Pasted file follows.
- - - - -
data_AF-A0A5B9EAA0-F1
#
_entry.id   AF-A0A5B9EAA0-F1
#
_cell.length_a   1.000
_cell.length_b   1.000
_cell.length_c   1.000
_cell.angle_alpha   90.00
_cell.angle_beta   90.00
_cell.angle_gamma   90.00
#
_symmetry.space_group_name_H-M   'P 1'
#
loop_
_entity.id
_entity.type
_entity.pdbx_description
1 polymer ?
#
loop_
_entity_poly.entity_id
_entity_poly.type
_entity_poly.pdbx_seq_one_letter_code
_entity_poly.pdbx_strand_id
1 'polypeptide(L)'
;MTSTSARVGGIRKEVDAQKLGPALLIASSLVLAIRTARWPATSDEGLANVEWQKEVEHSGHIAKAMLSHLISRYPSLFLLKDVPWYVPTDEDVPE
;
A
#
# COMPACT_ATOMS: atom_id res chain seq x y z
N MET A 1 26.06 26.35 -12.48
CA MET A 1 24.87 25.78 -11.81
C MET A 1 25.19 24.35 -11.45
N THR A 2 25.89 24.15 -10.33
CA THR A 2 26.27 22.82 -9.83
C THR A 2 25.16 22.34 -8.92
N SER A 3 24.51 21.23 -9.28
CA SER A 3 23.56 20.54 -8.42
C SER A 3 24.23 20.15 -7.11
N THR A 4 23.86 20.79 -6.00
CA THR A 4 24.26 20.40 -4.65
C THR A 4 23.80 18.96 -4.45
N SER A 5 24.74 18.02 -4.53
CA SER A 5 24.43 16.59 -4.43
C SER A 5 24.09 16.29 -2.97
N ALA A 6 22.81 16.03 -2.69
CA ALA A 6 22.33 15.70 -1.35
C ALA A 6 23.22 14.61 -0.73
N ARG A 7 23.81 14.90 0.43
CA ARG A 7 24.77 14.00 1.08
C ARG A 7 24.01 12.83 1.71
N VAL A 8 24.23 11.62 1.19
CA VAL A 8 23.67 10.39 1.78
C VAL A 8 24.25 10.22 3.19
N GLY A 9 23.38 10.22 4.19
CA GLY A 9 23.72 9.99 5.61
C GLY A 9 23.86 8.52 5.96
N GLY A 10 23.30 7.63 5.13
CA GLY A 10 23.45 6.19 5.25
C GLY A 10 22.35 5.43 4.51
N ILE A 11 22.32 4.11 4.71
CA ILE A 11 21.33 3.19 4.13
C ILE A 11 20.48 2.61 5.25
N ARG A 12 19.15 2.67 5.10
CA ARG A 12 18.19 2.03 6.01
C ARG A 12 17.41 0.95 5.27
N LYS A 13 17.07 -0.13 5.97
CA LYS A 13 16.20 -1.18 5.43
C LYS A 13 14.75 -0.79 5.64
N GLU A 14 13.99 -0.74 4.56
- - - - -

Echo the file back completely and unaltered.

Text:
data_AF-A0A5B9EAA0-F1
#
_entry.id   AF-A0A5B9EAA0-F1
#
_cell.length_a   1.000
_cell.length_b   1.000
_cell.length_c   1.000
_cell.angle_alpha   90.00
_cell.angle_beta   90.00
_cell.angle_gamma   90.00
#
_symmetry.space_group_name_H-M   'P 1'
#
loop_
_entity.id
_entity.type
_entity.pdbx_description
1 polymer ?
#
loop_
_entity_poly.entity_id
_entity_poly.type
_entity_poly.pdbx_seq_one_letter_code
_entity_poly.pdbx_strand_id
1 'polypeptide(L)'
;MTSTSARVGGIRKEVDAQKLGPALLIASSLVLAIRTARWPATSDEGLANVEWQKEVEHSGHIAKAMLSHLISRYPSLFLLKDVPWYVPTDEDVPE
;
A
#
# COMPACT_ATOMS: atom_id res chain seq x y z
N MET A 1 26.06 26.35 -12.48
CA MET A 1 24.87 25.78 -11.81
C MET A 1 25.19 24.35 -11.45
N THR A 2 25.89 24.15 -10.33
CA THR A 2 26.27 22.82 -9.83
C THR A 2 25.16 22.34 -8.92
N SER A 3 24.51 21.23 -9.28
CA SER A 3 23.56 20.54 -8.42
C SER A 3 24.23 20.15 -7.11
N THR A 4 23.86 20.79 -6.00
CA THR A 4 24.26 20.40 -4.65
C THR A 4 23.80 18.96 -4.45
N SER A 5 24.74 18.02 -4.53
CA SER A 5 24.43 16.59 -4.43
C SER A 5 24.09 16.29 -2.97
N ALA A 6 22.81 16.03 -2.69
CA ALA A 6 22.33 15.70 -1.35
C ALA A 6 23.22 14.61 -0.73
N ARG A 7 23.81 14.90 0.43
CA ARG A 7 24.77 14.00 1.08
C ARG A 7 24.01 12.83 1.71
N VAL A 8 24.23 11.62 1.19
CA VAL A 8 23.67 10.39 1.78
C VAL A 8 24.25 10.22 3.19
N GLY A 9 23.38 10.22 4.19
CA GLY A 9 23.72 9.99 5.61
C GLY A 9 23.86 8.52 5.96
N GLY A 10 23.30 7.63 5.13
CA GLY A 10 23.45 6.19 5.25
C GLY A 10 22.35 5.43 4.51
N ILE A 11 22.32 4.11 4.71
CA ILE A 11 21.33 3.19 4.13
C ILE A 11 20.48 2.61 5.25
N ARG A 12 19.15 2.67 5.10
CA ARG A 12 18.19 2.03 6.01
C ARG A 12 17.41 0.95 5.27
N LYS A 13 17.07 -0.13 5.97
CA LYS A 13 16.20 -1.18 5.43
C LYS A 13 14.75 -0.79 5.64
N GLU A 14 13.99 -0.74 4.56